Ashbourne Day Nurseries

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About Ashbourne Day Nurseries

Name Ashbourne Day Nurseries
Ofsted Inspections
Address 20 Cushing Drive, Oxley Park, Milton Keynes, MK4 4TJ
Phase Childcare on Non-Domestic Premises, Full day care
Gender Mixed
Local Authority MiltonKeynes
Highlights from Latest Inspection

What is it like to attend this early years setting?

The provision is good

Children arrive at the nursery happy and excited to see the friendly and welcoming staff.

They separate from their parents and/or carers with ease and settle quickly. Children form close relationships with the staff who care for them. They benefit from staff's nurturing approach to meeting their individual needs.

Children are curious and eager to explore the range of interesting activities on offer. For example, babies smile and laugh as they become immersed in sensory play. They reach and grasp objects and delight in exploring the texture of cornflour as it trickles through their fingers.

Babies focus intentl...y as they play and interact with staff, by babbling and using gestures to communicate. They develop the skills and knowledge they need to prepare them for their next stage in learning. Children enjoy the challenge and responsibility of carrying out tasks for themselves.

For instance, they take turns to peel and chop vegetables as they pretend to cook. Children listen carefully as staff give clear instructions on how to hold a knife and use a potato peeler safely. They concentrate and persevere as they operate the tools and strengthen the muscles in their hands.

Children negotiate and discuss whose turn it is to use the tools. They are considerate of one another and use good manners. Children build on their social skills and learn how to take turns and share.

What does the early years setting do well and what does it need to do better?

Leaders plan a curriculum that builds on what children know and can do. Staff know the children well. They take time to observe and assess their key children to ensure any gaps in learning are swiftly identified.

Staff share information with parents and encourage them to continue children's learning at home. They endeavour to ensure children achieve the best possible outcomes.Staff join in children's play and spend time talking to them during activities and their daily routines.

They listen to children and give them the time they need to express their own thoughts and ideas. However, during some conversations staff do not provide children with more detailed information regarding the areas they teach. As a result, children do not always gain deeper knowledge to extend their understanding to the highest level.

Children have plenty of opportunities to be physically active throughout the day. They benefit from time spent outside in the fresh air. Babies have space to crawl, move around and pull themselves up as they begin to stand.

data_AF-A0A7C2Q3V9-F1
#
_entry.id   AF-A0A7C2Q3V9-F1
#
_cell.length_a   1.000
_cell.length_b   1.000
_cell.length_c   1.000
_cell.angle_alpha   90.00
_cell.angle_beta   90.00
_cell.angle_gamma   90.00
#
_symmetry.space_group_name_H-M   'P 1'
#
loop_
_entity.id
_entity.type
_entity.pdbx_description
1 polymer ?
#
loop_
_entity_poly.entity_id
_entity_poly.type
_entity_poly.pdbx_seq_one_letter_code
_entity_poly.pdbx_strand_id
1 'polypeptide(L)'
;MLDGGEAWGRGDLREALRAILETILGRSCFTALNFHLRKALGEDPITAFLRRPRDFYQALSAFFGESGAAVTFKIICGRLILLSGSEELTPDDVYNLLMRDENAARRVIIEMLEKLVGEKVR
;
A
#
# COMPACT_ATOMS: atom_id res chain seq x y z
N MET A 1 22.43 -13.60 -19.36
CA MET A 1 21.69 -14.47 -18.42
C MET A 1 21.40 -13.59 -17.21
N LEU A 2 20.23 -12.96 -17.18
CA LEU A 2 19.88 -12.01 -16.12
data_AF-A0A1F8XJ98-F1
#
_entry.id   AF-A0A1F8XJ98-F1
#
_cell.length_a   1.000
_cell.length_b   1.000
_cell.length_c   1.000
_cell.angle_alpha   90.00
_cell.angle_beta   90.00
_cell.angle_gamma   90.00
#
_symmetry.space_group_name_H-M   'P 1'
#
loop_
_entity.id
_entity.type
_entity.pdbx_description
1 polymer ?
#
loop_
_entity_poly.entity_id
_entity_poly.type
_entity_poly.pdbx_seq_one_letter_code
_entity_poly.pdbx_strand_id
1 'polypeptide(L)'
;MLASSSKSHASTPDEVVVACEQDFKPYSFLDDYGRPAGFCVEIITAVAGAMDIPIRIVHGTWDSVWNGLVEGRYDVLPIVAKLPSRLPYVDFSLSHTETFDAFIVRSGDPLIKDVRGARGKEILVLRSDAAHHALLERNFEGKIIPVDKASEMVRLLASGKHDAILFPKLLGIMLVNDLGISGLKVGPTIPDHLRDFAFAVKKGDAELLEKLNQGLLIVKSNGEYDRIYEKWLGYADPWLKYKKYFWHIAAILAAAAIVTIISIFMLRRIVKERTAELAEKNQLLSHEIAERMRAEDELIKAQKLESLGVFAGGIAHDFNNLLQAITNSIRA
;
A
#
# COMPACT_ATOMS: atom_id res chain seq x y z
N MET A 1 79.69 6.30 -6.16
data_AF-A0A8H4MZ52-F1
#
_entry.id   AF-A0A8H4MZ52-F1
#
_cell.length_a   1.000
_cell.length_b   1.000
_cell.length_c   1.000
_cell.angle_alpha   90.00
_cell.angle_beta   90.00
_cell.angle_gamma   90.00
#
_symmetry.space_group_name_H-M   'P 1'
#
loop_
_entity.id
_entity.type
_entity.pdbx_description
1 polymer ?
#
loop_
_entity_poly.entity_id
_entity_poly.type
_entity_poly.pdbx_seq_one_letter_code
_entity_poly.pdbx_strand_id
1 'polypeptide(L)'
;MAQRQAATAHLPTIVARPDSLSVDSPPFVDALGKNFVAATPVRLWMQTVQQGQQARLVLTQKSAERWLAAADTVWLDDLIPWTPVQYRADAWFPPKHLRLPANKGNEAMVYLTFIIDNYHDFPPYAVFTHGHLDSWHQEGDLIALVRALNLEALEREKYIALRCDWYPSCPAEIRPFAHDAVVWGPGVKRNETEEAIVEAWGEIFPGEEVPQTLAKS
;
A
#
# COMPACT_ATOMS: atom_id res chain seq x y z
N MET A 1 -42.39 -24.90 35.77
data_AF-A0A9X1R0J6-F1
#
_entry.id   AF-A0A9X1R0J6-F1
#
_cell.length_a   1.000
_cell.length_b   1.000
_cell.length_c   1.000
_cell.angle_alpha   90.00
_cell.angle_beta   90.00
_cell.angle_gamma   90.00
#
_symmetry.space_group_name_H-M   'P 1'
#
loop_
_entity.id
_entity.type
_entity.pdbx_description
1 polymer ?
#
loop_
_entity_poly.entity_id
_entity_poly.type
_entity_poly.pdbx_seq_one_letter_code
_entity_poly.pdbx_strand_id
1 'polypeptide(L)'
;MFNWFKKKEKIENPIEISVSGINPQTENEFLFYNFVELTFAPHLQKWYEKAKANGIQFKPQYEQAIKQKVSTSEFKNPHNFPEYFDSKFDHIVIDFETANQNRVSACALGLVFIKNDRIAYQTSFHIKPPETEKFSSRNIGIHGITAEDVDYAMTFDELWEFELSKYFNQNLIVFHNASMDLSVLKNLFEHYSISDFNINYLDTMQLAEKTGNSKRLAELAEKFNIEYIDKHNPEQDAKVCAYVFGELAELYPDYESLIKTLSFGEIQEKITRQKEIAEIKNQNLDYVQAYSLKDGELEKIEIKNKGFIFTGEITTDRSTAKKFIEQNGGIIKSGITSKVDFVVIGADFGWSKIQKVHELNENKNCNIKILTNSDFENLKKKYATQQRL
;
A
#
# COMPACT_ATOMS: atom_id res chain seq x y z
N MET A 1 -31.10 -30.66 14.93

Children dance and copy the actions as they explore different ways to move to music. They race and chase each other as they play 'What's the Time, Mr Wolf?' Children learn the importance that exercise has on leading a healthy lifestyle.Staff place a high level of importance on encouraging children to understand their emotions.

They routinely ask children how they are feeling and help them learn new words they can use, such as 'angry', 'excited' and 'surprised'. Children have access to picture cards to show staff how they feel if they need reassurance. This supports their emotional well-being and helps them to develop the confidence to express themselves.

Staff plan activities based on the key knowledge and skills they want children to learn. For example, they devise activities to help children understand the importance of healthy eating and brushing their teeth. However, staff sometimes try to cover a lot of things during one activity.

Therefore, they do not sharply focus on the specific thing they want children to learn. They move on before children clearly and securely comprehend what has been taught.Staff teach children about different cultures and help them understand about the world around them.

For instance, pre-school children learn to sing simple songs in different languages and talk about the different languages staff and other children speak. Staff create an inclusive environment where children's similarities and differences are celebrated.Leaders are highly reflective and strive for improvement.

They spend time in the rooms, modelling good practice and training staff to improve their interactions with children and the delivery of their ambitious curriculum. They consider the views of children and parents in evaluating their provision and work hard to strengthen the quality of education and care they provide.


The arrangements for safeguarding are effective.

Leaders place a strong focus on ensuring staff have high levels of knowledge about child protection and safeguarding. They are aware of the main concerns in their local area and the signs that might indicate a child is at risk of harm. Staff know the procedures they must follow to report any concerns they might have about the welfare of a child.

They know how to follow the company's whistle-blowing policy if they were unhappy with the conduct of an adult working with children. Staff ensure the nursery is risk assessed to minimise hazards and provide a safe space for children to play and learn.

What does the setting need to do to improve?

To further improve the quality of the early years provision, the provider should: support staff to extend children's learning and provide a greater depth of information during interactions, to help children make even better progress strengthen the organisation of some group activities to ensure they are focused more precisely on specific learning intentions.

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